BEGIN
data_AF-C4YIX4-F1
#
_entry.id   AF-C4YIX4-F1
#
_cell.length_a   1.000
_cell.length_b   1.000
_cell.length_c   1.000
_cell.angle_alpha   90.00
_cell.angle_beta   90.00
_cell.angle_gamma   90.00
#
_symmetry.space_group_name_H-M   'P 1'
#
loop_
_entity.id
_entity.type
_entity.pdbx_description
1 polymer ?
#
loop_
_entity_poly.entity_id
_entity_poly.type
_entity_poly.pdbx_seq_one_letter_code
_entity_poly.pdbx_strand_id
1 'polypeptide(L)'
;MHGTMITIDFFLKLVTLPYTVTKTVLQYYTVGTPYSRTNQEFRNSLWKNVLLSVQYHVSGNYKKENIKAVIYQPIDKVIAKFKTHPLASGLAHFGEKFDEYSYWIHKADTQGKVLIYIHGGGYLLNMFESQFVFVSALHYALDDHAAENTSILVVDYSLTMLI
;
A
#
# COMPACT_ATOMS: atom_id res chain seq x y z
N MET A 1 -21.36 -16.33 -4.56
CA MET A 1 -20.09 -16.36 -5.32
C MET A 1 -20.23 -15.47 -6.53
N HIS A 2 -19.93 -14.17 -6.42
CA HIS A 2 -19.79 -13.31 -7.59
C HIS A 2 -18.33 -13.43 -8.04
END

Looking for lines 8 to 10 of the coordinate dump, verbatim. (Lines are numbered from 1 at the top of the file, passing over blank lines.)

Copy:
_cell.angle_alpha   90.00
_cell.angle_beta   90.00
_cell.angle_gamma   90.00